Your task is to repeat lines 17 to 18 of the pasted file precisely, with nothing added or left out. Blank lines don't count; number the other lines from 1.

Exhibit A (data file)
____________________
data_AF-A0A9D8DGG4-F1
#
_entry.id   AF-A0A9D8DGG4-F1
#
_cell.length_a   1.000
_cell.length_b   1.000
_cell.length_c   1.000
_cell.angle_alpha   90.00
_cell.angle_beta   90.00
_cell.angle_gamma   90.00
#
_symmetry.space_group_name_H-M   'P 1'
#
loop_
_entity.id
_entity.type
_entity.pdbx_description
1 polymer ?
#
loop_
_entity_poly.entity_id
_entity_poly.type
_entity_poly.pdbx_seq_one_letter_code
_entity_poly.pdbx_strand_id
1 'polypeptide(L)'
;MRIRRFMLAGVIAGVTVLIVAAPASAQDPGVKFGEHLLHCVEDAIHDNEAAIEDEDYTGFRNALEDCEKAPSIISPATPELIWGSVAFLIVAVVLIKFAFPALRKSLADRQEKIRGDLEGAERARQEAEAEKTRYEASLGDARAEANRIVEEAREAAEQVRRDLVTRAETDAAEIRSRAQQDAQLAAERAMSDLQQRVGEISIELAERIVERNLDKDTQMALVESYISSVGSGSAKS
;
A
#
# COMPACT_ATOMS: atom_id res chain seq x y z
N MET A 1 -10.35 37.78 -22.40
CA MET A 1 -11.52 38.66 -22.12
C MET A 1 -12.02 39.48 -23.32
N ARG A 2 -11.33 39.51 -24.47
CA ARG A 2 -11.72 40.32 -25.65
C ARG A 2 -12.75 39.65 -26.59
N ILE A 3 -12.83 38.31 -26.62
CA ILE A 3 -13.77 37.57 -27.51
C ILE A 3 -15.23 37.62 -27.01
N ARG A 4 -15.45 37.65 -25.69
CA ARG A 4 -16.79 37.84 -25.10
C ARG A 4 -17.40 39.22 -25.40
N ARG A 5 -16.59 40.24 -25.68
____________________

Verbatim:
_entity.pdbx_description
1 polymer ?